We walk people through all the aspects of transformation and this is targeted at a strategic level. We’re looking at the CIOs, CTOs, and the executive decision makers to understand why HP did what they did as far as transformation goes.
We discuss what we’ve seen out in the industry, what the current trends are, and pull out of the conversation with these people where their companies are today. At the end of a workshop, and it's a full-day workshop, there are a lot of materials that are delivered out of it that not only documents the discussions throughout the day, but really provides a step or steps of how to proceed.
So it’s a prioritization. You have facility, for example, that might be in great shape, but your data warehouses are not. That’s an area that you should go after fast, because there's a lot of value in changing it, and it’s going to take you a long time. Or there's a quick hit in your organization and the way you manage your operation, because we cover all the aspects of program management, governance, management of change. That’s the organizational change for a lot of people. As for the technology, we can help them understand not only where they are, but what the initial strategy and plan should be.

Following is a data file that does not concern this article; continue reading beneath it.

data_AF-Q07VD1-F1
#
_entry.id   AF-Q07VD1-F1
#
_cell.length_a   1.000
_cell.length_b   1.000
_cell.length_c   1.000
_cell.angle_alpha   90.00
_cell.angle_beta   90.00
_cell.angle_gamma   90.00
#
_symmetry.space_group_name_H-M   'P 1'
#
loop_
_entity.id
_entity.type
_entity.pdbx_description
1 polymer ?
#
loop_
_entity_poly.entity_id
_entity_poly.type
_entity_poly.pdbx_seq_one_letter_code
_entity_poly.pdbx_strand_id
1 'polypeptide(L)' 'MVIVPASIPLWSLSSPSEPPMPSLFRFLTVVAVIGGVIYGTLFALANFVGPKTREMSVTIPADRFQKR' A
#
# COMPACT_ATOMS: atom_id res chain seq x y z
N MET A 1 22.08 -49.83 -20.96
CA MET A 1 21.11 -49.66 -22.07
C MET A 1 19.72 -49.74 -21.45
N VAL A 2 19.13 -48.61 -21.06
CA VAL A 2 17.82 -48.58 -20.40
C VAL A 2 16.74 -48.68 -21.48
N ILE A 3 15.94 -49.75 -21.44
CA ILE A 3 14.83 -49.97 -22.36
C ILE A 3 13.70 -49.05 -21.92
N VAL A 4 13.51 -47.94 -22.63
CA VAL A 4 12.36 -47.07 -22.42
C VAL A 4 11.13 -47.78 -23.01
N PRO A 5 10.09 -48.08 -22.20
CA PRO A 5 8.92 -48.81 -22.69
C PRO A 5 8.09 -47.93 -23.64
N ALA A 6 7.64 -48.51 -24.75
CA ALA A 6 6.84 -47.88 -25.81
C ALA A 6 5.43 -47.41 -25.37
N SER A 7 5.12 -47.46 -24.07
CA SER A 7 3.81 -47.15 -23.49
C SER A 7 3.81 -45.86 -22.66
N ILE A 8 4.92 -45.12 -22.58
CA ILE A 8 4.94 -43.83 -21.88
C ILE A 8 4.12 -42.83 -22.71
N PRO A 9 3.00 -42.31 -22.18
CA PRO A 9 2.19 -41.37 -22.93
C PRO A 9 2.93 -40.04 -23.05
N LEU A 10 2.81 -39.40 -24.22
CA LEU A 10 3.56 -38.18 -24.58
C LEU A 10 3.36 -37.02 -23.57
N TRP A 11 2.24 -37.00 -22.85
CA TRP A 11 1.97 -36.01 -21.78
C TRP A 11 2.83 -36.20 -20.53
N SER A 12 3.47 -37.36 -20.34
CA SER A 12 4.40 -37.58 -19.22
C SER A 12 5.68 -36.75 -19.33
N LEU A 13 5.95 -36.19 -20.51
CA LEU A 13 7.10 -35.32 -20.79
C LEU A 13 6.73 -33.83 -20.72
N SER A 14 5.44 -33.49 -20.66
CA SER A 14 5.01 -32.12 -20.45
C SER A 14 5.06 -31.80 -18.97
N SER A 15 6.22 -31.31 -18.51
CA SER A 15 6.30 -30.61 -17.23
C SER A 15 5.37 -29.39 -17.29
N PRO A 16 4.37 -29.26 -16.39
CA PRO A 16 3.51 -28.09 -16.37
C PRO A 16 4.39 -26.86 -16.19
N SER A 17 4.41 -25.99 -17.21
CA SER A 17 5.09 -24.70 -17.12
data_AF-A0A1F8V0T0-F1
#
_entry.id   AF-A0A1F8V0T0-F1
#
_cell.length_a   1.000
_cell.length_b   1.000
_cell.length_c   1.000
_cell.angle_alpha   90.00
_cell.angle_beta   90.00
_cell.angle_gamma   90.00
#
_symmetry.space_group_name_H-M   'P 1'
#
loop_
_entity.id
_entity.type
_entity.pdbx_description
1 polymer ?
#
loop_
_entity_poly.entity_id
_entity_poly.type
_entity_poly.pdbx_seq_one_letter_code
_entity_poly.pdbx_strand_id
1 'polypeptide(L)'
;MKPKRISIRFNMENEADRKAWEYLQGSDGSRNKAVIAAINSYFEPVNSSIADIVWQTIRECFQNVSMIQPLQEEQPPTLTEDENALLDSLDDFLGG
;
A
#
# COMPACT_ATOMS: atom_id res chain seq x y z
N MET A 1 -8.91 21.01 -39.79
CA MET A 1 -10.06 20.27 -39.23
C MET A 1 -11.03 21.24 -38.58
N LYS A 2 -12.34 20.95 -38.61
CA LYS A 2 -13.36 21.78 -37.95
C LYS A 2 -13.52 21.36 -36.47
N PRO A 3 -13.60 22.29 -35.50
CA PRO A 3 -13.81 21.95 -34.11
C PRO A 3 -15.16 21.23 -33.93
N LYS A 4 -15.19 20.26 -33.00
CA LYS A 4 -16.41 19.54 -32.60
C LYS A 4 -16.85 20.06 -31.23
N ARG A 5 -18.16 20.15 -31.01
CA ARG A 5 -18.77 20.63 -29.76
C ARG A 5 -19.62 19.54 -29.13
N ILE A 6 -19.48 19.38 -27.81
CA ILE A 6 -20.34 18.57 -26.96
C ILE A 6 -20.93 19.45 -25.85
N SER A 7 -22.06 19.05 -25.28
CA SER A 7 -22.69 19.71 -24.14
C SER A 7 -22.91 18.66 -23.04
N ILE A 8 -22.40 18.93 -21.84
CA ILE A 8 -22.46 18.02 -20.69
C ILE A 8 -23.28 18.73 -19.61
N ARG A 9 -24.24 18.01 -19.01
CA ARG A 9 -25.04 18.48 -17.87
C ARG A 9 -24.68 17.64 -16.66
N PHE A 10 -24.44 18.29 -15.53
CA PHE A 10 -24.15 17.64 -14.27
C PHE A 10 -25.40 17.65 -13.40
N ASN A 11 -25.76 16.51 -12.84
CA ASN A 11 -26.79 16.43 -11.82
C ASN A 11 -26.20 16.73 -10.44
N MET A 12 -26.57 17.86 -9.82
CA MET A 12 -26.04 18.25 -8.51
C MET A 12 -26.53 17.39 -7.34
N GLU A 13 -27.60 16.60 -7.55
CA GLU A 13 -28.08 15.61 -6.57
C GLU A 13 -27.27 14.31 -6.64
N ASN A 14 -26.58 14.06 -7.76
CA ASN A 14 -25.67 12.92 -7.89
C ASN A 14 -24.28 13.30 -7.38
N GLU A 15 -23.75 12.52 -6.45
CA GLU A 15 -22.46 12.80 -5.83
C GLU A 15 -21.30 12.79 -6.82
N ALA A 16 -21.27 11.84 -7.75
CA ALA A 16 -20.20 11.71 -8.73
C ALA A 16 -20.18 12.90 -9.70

You brought up a little bit earlier, Dana, some of the quality people like Deming, etc. We’ve got to remember that transformation is really a journey. There's a lot you can accomplish very rapidly. We always say that the faster you can achieve transformation, the faster you can realize value and the business can get back to leveraging that value, but transformation never ends. There's always more to do. So it's very analogous to the continuous improvement that comes out of some of the quality people that you mentioned earlier.
The workshops are scheduled with companies individually. So a good touch point would be with your HP account manager. He or she can work with you to schedule a workshop and understand that how it can be done. They're scheduled as needed.
We do hold hundreds of them around the world every year. It’s been a great workshop. People find it very successful, because it really helps them understand how to approach this and how to get the right momentum within their company to achieve transformation, and there's also a lot of materials on our website.